Accidents in Tree Stands

It is impossible to know exactly how many hunters are injured from tree stand accidents because:

  • Not all accidents are reported
  • Not everyone who falls seeks medical attention
  • Not all tree stand accidents are recorded as a category by themselves in hospitals
  • Recording varies from State to State
  • There is no national collation of data

A 1993 survey conducted by Deer and Deer Hunting magazine found that more than a third of tree stand hunters will at some time fall from a stand, and that about 3 % will suffer crippling injuries.

Of all the tree stand accidents, 75-80% occurs while climbing up or down.

Most hunters injured were not wearing a safety harness/vest.

In 2005/2006 in the Georgia hunting season, 54% of all hunting accidents were tree stand accidents [28] with 2 fatalities. Both fatalities saw the victim falling from the stand. One hunter fell asleep in his stand and then fell 17 feet breaking his neck. The other fatality involved a hunter who was descending his stand, lost his grip, fell and died of internal injuries.

The severity of injuries tends to increase with the distance the victim falls, however even short falls can cause spinal injuries and paralysis or death.

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Accidents in Tree Stands


The main contributors were:

  • Improper stand installation
  • Careless use

The majority of falls were caused by:

  • Structural failures of stands and steps, especially those that are homebuilt and wooden

Steps that are screwed in often broke or pulled out and rotted wood on permanent stands often broke or nails pulled out from them.

Another cause was tree limbs breaking off, especially in colder weather

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Accidents in Tree Stands


A team of medical researchers in Pennsylvania carried out a study on tree stand falls. Their study of the database of emergency rooms and trauma centers covered the period 1987-2001. During that time 280 hunters received treatment for tree stand falls. Of the 280 hunters, 6 died after falling from their stands. The main findings from the study were:

  •  The highest rate of falls were in the 50-59 year age group
  • The median height for the falls was 18 feet [falls ranged from 4 feet to 40 feet]
  • 63% [176 hunters] had some alcohol in their blood
  • 10% [17 hunters] were legally intoxicated

Common injuries from falls included broken bones, spinal cord injuries and brain damage.

A survey in Deer and Deer Hunting magazine on injuries from tree stands found 39.4% reported cuts and bruises, 25.5% reported muscles or ligaments torn or strained, 12.2% reported broken bones, and 3% reported permanent crippling.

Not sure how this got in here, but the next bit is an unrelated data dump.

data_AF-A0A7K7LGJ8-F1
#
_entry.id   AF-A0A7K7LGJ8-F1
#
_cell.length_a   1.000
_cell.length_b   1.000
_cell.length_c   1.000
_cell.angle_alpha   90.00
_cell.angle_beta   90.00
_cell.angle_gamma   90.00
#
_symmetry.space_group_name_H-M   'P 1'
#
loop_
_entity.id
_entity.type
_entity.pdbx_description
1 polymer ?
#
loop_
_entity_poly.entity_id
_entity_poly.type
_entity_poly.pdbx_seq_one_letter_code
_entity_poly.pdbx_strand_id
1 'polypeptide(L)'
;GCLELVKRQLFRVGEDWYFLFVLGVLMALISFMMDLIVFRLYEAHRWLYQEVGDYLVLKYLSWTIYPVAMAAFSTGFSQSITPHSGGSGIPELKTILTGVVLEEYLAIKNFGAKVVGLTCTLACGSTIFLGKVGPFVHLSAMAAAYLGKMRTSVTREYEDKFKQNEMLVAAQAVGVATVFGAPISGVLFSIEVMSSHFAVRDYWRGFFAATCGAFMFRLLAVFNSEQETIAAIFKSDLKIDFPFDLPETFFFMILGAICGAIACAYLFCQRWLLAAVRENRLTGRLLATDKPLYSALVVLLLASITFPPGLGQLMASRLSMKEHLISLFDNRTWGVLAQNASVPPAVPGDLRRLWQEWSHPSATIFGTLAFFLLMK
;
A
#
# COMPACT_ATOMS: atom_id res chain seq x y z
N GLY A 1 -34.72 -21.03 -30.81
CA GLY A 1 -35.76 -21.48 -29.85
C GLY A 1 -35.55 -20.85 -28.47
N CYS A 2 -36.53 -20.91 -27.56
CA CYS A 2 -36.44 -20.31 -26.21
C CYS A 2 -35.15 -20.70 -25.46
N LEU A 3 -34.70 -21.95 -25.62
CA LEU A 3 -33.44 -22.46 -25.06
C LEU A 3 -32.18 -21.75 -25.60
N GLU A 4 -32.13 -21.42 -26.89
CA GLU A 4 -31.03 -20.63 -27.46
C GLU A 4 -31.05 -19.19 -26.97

A team of researchers conducted a study in West Virginia on the type of injuries resulting from tree stand accidents. The study covered a 6 year period from 1994-1999 and included 90 hunters.

There were 7 deaths. The results were:

  •  47% had fractures of the legs or arms, 36% had a spinal fracture, 20% had a head injury, 21% had other minor injuries
  • Majority of accidents involved homebuilt as opposed to commercial stands
  • Most hunters were not wearing safety straps or harnesses.

A hunter in Granby fell 40 feet out of a tree stand in 2005. His injuries included hip and pelvis separations, leg fractures and an ankle injury. He was very lucky he was not killed.

Not everyone is as lucky as the hunter in Granby. Looking at a few of the deaths over the last year provides an insight into the main cause:

  • Alleghany County, North Carolina – December 2005. Hunter [47] killed when he lowered his gun from a tree stand and it discharged and shot him in the leg
  • Delta National Forest Mississippi – December 10, 2005. Hunter [21] fell 15 feet from his tree stand and struck his head on the base of a tree – not wearing a harness
  • Pike County township, Pennsylvania – December 1, 2005. Hunter [63] found dead next to his tree stand
  • Sundquist WMA, Tennessee – November 21, 2005. Hunter [44] fell 20 feet from his tree stand – not wearing a harness
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Remember: When using a tree stand, your fall restraint system is your single most important piece of equipment. A full body harness is preferable. A rope or belt around the waist can be almost as dangerous as falling to the ground. A belt around the waist can cause a hunter to turn upside down should they fall, and the tightening of the belt around their waist can cause internal injuries.

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